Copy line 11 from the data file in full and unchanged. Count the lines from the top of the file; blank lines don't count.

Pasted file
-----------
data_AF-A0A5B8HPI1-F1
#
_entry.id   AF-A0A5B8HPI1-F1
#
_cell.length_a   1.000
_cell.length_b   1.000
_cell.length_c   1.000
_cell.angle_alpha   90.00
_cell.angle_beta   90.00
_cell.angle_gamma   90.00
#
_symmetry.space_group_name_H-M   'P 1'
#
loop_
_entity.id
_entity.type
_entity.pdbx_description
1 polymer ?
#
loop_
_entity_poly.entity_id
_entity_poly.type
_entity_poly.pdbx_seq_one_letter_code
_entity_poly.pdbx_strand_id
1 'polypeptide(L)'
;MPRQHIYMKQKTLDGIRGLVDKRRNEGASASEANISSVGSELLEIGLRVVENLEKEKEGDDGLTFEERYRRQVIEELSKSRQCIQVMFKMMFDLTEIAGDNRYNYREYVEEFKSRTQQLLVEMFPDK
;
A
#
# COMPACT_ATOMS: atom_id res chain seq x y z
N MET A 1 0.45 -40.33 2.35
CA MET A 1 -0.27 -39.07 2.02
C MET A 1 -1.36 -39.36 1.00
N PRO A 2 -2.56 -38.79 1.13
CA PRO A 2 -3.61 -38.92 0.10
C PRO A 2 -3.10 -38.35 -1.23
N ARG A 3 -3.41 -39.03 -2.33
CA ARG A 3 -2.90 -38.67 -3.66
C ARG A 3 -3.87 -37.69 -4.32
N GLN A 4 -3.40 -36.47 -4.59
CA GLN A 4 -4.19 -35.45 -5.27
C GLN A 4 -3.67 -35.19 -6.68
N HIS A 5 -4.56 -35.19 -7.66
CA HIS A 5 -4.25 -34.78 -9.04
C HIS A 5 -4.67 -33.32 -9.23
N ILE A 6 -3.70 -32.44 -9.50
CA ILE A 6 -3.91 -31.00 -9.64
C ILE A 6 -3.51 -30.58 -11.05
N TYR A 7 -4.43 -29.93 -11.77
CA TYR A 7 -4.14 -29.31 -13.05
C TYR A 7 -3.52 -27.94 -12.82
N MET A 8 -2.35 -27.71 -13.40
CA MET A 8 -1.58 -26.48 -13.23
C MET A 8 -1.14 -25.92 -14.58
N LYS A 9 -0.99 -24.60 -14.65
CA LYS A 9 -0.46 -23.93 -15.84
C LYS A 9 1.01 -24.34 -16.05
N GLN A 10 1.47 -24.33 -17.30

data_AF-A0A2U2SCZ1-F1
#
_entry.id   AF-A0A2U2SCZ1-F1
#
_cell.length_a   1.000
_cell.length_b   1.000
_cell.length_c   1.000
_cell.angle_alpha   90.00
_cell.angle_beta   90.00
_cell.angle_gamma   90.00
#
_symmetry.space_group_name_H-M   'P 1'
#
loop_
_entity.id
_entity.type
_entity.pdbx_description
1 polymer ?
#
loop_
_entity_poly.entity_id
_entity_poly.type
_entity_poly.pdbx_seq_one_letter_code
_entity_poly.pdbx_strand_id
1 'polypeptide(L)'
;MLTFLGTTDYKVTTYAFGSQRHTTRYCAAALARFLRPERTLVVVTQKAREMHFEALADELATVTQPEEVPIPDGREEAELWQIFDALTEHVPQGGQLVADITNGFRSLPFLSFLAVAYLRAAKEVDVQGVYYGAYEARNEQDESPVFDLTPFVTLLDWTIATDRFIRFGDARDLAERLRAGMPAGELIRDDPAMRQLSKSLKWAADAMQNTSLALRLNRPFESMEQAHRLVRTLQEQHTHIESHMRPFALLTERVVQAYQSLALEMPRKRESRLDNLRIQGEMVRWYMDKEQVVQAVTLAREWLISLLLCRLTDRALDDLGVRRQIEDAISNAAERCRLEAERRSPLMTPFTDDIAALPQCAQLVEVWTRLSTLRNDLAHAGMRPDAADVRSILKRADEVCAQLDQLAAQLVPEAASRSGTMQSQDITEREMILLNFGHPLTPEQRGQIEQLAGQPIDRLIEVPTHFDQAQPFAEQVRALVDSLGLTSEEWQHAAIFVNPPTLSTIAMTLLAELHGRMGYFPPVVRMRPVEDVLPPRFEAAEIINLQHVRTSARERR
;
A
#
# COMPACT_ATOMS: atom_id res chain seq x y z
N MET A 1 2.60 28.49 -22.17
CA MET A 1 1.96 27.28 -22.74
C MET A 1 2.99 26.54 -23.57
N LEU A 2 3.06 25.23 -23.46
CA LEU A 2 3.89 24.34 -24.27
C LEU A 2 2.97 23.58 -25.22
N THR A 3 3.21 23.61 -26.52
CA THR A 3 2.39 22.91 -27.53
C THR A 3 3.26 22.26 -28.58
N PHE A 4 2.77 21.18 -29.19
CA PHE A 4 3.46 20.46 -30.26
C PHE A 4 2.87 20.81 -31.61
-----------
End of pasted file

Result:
#